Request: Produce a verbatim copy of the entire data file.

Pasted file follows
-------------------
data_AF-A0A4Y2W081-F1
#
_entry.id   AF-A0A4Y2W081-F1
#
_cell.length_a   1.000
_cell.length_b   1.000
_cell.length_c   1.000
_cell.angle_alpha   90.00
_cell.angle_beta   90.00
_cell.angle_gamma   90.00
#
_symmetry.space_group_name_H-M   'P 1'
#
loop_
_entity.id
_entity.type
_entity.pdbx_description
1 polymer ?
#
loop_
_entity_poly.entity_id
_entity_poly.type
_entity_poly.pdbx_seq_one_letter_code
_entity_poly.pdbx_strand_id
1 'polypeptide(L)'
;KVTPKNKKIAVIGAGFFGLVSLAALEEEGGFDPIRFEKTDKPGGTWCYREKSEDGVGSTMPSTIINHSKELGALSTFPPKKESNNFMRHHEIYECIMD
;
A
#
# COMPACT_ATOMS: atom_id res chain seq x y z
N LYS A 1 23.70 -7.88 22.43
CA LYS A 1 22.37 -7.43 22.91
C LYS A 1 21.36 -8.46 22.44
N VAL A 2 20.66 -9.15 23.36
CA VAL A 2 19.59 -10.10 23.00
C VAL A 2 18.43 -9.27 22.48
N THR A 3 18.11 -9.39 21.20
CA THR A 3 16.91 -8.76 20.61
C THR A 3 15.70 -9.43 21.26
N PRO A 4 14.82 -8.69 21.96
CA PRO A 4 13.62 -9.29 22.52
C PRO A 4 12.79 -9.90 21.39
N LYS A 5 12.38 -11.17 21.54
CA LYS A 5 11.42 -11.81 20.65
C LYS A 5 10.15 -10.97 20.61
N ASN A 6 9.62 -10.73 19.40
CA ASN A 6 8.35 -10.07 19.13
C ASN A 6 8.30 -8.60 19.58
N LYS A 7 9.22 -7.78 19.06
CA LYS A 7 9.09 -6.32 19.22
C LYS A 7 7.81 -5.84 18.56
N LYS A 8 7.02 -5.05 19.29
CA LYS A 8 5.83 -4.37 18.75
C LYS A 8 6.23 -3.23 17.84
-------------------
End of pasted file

data_AF-A0A4Y2W081-F1
#
_entry.id   AF-A0A4Y2W081-F1
#
_cell.length_a   1.000
_cell.length_b   1.000
_cell.length_c   1.000
_cell.angle_alpha   90.00
_cell.angle_beta   90.00
_cell.angle_gamma   90.00
#
_symmetry.space_group_name_H-M   'P 1'
#
loop_
_entity.id
_entity.type
_entity.pdbx_description
1 polymer ?
#
loop_
_entity_poly.entity_id
_entity_poly.type
_entity_poly.pdbx_seq_one_letter_code
_entity_poly.pdbx_strand_id
1 'polypeptide(L)'
;KVTPKNKKIAVIGAGFFGLVSLAALEEEGGFDPIRFEKTDKPGGTWCYREKSEDGVGSTMPSTIINHSKELGALSTFPPKKESNNFMRHHEIYECIMD
;
A
#
# COMPACT_ATOMS: atom_id res chain seq x y z
N LYS A 1 23.70 -7.88 22.43
CA LYS A 1 22.37 -7.43 22.91
C LYS A 1 21.36 -8.46 22.44
N VAL A 2 20.66 -9.15 23.36
CA VAL A 2 19.59 -10.10 23.00
C VAL A 2 18.43 -9.27 22.48
N THR A 3 18.11 -9.39 21.20
CA THR A 3 16.91 -8.76 20.61
C THR A 3 15.70 -9.43 21.26
N PRO A 4 14.82 -8.69 21.96
CA PRO A 4 13.62 -9.29 22.52
C PRO A 4 12.79 -9.90 21.39
N LYS A 5 12.38 -11.17 21.54
CA LYS A 5 11.42 -11.81 20.65
C LYS A 5 10.15 -10.97 20.61
N ASN A 6 9.62 -10.73 19.40
CA ASN A 6 8.35 -10.07 19.13
C ASN A 6 8.30 -8.60 19.58
N LYS A 7 9.22 -7.78 19.06
CA LYS A 7 9.09 -6.32 19.22
C LYS A 7 7.81 -5.84 18.56
N LYS A 8 7.02 -5.05 19.29
CA LYS A 8 5.83 -4.37 18.75
C LYS A 8 6.23 -3.23 17.84